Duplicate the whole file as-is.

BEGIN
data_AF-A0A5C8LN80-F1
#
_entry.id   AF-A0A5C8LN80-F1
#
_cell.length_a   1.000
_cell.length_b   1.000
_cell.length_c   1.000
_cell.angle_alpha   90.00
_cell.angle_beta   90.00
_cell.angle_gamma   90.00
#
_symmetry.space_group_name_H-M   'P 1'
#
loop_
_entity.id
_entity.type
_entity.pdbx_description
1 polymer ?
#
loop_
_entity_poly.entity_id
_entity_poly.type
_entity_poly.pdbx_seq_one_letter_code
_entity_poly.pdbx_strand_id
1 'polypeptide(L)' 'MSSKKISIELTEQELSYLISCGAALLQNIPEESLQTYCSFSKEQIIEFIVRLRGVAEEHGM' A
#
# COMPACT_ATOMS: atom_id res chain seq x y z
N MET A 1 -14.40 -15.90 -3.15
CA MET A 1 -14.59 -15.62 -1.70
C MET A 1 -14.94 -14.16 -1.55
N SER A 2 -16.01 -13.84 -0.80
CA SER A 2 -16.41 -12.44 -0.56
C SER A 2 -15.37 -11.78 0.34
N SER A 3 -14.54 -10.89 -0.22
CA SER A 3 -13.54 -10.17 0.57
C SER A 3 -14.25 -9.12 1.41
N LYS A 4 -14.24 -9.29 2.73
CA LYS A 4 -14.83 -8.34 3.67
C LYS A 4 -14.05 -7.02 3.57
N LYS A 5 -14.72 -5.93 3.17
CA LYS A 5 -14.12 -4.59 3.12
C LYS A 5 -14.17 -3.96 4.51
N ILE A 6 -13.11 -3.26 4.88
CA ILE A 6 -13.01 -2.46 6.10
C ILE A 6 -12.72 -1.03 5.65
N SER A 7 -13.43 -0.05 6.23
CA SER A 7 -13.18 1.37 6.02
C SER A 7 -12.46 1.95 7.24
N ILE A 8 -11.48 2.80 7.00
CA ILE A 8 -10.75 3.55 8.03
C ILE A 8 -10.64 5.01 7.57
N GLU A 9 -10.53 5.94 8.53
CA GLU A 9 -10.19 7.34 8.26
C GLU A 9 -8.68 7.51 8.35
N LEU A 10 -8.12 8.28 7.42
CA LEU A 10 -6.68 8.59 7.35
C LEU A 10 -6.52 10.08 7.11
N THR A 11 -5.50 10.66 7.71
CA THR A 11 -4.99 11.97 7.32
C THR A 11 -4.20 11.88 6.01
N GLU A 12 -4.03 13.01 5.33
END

data_AF-A0A5C8LN80-F1
#
_entry.id   AF-A0A5C8LN80-F1
#
_cell.length_a   1.000
_cell.length_b   1.000
_cell.length_c   1.000
_cell.angle_alpha   90.00
_cell.angle_beta   90.00
_cell.angle_gamma   90.00
#
_symmetry.space_group_name_H-M   'P 1'
#
loop_
_entity.id
_entity.type
_entity.pdbx_description
1 polymer ?
#
loop_
_entity_poly.entity_id
_entity_poly.type
_entity_poly.pdbx_seq_one_letter_code
_entity_poly.pdbx_strand_id
1 'polypeptide(L)' 'MSSKKISIELTEQELSYLISCGAALLQNIPEESLQTYCSFSKEQIIEFIVRLRGVAEEHGM' A
#
# COMPACT_ATOMS: atom_id res chain seq x y z
N MET A 1 -14.40 -15.90 -3.15
CA MET A 1 -14.59 -15.62 -1.70
C MET A 1 -14.94 -14.16 -1.55
N SER A 2 -16.01 -13.84 -0.80
CA SER A 2 -16.41 -12.44 -0.56
C SER A 2 -15.37 -11.78 0.34
N SER A 3 -14.54 -10.89 -0.22
CA SER A 3 -13.54 -10.17 0.57
C SER A 3 -14.25 -9.12 1.41
N LYS A 4 -14.24 -9.29 2.73
CA LYS A 4 -14.83 -8.34 3.67
C LYS A 4 -14.05 -7.02 3.57
N LYS A 5 -14.72 -5.93 3.17
CA LYS A 5 -14.12 -4.59 3.12
C LYS A 5 -14.17 -3.96 4.51
N ILE A 6 -13.11 -3.26 4.88
CA ILE A 6 -13.01 -2.46 6.10
C ILE A 6 -12.72 -1.03 5.65
N SER A 7 -13.43 -0.05 6.23
CA SER A 7 -13.18 1.37 6.02
C SER A 7 -12.46 1.95 7.24
N ILE A 8 -11.48 2.80 7.00
CA ILE A 8 -10.75 3.55 8.03
C ILE A 8 -10.64 5.01 7.57
N GLU A 9 -10.53 5.94 8.53
CA GLU A 9 -10.19 7.34 8.26
C GLU A 9 -8.68 7.51 8.35
N LEU A 10 -8.12 8.28 7.42
CA LEU A 10 -6.68 8.59 7.35
C LEU A 10 -6.52 10.08 7.11
N THR A 11 -5.50 10.66 7.71
CA THR A 11 -4.99 11.97 7.32
C THR A 11 -4.20 11.88 6.01
N GLU A 12 -4.03 13.01 5.33